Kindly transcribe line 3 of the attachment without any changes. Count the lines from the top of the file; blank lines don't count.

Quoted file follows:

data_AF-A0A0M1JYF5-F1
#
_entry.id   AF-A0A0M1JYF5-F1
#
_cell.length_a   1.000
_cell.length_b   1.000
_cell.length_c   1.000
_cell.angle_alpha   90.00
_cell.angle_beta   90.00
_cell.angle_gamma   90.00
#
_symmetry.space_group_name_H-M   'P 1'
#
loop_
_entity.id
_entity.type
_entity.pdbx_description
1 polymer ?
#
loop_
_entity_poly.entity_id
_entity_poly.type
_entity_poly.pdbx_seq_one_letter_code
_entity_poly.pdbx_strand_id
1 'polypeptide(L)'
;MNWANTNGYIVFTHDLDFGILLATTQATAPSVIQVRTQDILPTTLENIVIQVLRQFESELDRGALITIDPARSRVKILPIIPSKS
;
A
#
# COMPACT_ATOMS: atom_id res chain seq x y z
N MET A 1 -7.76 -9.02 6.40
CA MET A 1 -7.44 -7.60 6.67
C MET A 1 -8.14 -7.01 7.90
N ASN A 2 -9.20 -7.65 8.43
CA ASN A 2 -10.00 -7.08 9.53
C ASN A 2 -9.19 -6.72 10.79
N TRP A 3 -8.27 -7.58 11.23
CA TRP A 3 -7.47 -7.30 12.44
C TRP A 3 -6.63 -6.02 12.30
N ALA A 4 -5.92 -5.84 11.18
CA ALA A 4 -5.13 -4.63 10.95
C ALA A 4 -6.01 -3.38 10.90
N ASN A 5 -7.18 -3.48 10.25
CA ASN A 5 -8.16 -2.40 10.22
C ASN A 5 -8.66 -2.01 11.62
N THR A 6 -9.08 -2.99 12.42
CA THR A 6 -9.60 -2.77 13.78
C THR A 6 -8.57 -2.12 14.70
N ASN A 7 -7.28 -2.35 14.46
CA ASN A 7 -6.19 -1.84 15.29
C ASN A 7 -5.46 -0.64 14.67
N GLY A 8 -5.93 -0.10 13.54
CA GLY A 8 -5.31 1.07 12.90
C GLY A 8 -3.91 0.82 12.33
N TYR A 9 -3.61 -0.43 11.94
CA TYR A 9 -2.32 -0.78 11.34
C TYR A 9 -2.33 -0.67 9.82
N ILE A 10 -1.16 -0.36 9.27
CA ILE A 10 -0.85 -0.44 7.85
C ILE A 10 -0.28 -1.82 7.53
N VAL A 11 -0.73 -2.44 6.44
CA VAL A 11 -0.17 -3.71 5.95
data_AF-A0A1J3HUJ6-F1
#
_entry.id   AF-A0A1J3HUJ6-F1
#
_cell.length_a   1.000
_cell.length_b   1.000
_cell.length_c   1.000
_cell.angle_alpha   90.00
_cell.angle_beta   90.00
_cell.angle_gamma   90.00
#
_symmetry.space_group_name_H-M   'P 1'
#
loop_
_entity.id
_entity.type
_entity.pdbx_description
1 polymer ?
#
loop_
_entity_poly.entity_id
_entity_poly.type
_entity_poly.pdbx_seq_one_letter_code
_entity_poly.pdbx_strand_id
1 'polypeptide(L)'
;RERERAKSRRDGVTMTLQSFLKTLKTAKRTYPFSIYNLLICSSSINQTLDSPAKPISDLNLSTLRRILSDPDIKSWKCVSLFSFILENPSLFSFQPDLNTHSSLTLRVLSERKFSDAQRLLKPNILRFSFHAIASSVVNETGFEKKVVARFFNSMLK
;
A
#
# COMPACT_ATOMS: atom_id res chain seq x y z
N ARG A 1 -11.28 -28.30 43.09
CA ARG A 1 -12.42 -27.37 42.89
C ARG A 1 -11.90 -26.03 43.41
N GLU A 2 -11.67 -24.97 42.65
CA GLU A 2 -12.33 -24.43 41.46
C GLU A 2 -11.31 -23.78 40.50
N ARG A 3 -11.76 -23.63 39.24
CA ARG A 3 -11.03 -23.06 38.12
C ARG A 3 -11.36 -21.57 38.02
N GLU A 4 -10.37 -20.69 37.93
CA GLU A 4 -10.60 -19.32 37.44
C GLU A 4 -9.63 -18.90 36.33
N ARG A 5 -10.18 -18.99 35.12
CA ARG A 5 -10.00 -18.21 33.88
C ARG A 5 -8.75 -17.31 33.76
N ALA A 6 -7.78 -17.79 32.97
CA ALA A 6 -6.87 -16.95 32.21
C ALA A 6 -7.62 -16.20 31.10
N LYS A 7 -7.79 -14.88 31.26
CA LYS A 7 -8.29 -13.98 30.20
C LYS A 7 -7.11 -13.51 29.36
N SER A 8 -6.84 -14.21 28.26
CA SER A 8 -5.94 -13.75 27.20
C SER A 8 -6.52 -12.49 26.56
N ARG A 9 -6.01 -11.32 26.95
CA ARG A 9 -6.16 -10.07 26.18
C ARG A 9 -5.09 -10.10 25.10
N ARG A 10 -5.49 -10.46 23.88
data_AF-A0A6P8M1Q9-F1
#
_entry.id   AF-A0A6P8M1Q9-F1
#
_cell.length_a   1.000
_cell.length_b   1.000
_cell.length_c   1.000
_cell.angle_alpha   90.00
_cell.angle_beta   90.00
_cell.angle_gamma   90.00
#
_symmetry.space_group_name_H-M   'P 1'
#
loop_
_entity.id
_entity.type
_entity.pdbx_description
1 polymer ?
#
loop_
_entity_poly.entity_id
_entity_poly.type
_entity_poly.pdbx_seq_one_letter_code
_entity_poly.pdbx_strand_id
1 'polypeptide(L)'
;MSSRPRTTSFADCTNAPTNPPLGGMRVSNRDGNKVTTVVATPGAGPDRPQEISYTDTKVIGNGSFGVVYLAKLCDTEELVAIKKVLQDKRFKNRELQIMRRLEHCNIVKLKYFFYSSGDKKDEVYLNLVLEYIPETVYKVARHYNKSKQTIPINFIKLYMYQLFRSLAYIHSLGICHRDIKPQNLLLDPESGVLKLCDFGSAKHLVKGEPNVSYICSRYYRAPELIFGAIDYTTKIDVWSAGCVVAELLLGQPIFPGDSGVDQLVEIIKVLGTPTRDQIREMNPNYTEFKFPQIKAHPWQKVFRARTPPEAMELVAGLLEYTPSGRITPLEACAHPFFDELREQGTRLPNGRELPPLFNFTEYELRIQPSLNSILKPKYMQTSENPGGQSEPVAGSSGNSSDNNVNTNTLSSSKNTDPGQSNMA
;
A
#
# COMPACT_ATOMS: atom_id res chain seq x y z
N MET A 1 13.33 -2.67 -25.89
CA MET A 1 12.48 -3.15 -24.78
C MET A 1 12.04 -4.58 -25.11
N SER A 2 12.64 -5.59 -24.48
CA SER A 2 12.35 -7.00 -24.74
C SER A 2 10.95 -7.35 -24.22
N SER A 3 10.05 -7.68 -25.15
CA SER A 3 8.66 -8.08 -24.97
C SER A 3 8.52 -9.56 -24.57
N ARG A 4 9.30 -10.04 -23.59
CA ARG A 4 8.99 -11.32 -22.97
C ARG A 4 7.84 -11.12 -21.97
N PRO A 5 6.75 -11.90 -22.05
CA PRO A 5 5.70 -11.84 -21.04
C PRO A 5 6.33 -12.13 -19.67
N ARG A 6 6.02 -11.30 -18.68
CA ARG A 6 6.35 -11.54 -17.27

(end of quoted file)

_entry.id   AF-A0A0M1JYF5-F1